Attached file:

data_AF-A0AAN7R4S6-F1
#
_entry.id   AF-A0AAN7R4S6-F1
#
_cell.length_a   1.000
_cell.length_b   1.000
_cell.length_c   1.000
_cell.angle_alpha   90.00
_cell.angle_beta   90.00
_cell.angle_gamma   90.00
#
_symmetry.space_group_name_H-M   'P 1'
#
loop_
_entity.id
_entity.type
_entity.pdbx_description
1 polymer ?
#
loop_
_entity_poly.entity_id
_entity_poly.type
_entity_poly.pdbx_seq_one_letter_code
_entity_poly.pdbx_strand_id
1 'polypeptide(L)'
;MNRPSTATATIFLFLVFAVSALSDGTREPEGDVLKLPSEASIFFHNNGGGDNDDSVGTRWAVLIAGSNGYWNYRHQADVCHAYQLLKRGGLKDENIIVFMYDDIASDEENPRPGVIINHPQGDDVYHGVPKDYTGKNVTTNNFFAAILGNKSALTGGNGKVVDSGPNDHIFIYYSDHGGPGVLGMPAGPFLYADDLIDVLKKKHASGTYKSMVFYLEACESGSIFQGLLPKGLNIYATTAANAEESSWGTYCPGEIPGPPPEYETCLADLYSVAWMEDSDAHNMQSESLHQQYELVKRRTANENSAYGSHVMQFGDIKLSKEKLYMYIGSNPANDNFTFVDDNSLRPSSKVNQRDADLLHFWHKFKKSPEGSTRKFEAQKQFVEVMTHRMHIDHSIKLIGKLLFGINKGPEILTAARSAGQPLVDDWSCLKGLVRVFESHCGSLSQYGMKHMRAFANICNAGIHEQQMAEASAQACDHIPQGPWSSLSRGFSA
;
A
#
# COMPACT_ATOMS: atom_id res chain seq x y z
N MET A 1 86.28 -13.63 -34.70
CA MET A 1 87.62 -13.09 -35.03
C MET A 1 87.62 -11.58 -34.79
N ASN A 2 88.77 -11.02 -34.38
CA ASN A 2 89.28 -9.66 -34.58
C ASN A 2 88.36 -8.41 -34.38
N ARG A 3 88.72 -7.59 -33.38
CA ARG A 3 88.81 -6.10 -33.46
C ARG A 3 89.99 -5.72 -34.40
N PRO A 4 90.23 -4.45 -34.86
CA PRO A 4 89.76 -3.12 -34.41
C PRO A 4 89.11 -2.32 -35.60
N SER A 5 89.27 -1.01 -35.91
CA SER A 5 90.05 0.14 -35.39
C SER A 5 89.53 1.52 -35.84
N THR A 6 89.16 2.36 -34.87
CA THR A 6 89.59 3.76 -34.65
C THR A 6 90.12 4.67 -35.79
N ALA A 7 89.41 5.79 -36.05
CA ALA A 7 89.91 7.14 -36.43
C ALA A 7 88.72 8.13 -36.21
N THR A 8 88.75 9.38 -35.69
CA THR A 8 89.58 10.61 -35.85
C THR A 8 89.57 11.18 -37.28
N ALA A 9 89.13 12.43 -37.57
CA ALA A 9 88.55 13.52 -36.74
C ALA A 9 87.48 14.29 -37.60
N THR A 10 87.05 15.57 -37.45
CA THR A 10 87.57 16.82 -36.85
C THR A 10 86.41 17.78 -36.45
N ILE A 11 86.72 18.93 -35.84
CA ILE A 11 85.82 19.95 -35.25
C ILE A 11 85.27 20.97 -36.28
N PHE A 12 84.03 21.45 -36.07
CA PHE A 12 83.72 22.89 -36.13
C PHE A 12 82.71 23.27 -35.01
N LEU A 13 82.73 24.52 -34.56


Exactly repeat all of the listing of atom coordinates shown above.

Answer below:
data_AF-A0AAN7R4S6-F1
#
_entry.id   AF-A0AAN7R4S6-F1
#
_cell.length_a   1.000
_cell.length_b   1.000
_cell.length_c   1.000
_cell.angle_alpha   90.00
_cell.angle_beta   90.00
_cell.angle_gamma   90.00
#
_symmetry.space_group_name_H-M   'P 1'
#
loop_
_entity.id
_entity.type
_entity.pdbx_description
1 polymer ?
#
loop_
_entity_poly.entity_id
_entity_poly.type
_entity_poly.pdbx_seq_one_letter_code
_entity_poly.pdbx_strand_id
1 'polypeptide(L)'
;MNRPSTATATIFLFLVFAVSALSDGTREPEGDVLKLPSEASIFFHNNGGGDNDDSVGTRWAVLIAGSNGYWNYRHQADVCHAYQLLKRGGLKDENIIVFMYDDIASDEENPRPGVIINHPQGDDVYHGVPKDYTGKNVTTNNFFAAILGNKSALTGGNGKVVDSGPNDHIFIYYSDHGGPGVLGMPAGPFLYADDLIDVLKKKHASGTYKSMVFYLEACESGSIFQGLLPKGLNIYATTAANAEESSWGTYCPGEIPGPPPEYETCLADLYSVAWMEDSDAHNMQSESLHQQYELVKRRTANENSAYGSHVMQFGDIKLSKEKLYMYIGSNPANDNFTFVDDNSLRPSSKVNQRDADLLHFWHKFKKSPEGSTRKFEAQKQFVEVMTHRMHIDHSIKLIGKLLFGINKGPEILTAARSAGQPLVDDWSCLKGLVRVFESHCGSLSQYGMKHMRAFANICNAGIHEQQMAEASAQACDHIPQGPWSSLSRGFSA
;
A
#
# COMPACT_ATOMS: atom_id res chain seq x y z
N MET A 1 86.28 -13.63 -34.70
CA MET A 1 87.62 -13.09 -35.03
C MET A 1 87.62 -11.58 -34.79
N ASN A 2 88.77 -11.02 -34.38
CA ASN A 2 89.28 -9.66 -34.58
C ASN A 2 88.36 -8.41 -34.38
N ARG A 3 88.72 -7.59 -33.38
CA ARG A 3 88.81 -6.10 -33.46
C ARG A 3 89.99 -5.72 -34.40
N PRO A 4 90.23 -4.45 -34.86
CA PRO A 4 89.76 -3.12 -34.41
C PRO A 4 89.11 -2.32 -35.60
N SER A 5 89.27 -1.01 -35.91
CA SER A 5 90.05 0.14 -35.39
C SER A 5 89.53 1.52 -35.84
N THR A 6 89.16 2.36 -34.87
CA THR A 6 89.59 3.76 -34.65
C THR A 6 90.12 4.67 -35.79
N ALA A 7 89.41 5.79 -36.05
CA ALA A 7 89.91 7.14 -36.43
C ALA A 7 88.72 8.13 -36.21
N THR A 8 88.75 9.38 -35.69
CA THR A 8 89.58 10.61 -35.85
C THR A 8 89.57 11.18 -37.28
N ALA A 9 89.13 12.43 -37.57
CA ALA A 9 88.55 13.52 -36.74
C ALA A 9 87.48 14.29 -37.60
N THR A 10 87.05 15.57 -37.45
CA THR A 10 87.57 16.82 -36.85
C THR A 10 86.41 17.78 -36.45
N ILE A 11 86.72 18.93 -35.84
CA ILE A 11 85.82 19.95 -35.25
C ILE A 11 85.27 20.97 -36.28
N PHE A 12 84.03 21.45 -36.07
CA PHE A 12 83.72 22.89 -36.13
C PHE A 12 82.71 23.27 -35.01
N LEU A 13 82.73 24.52 -34.56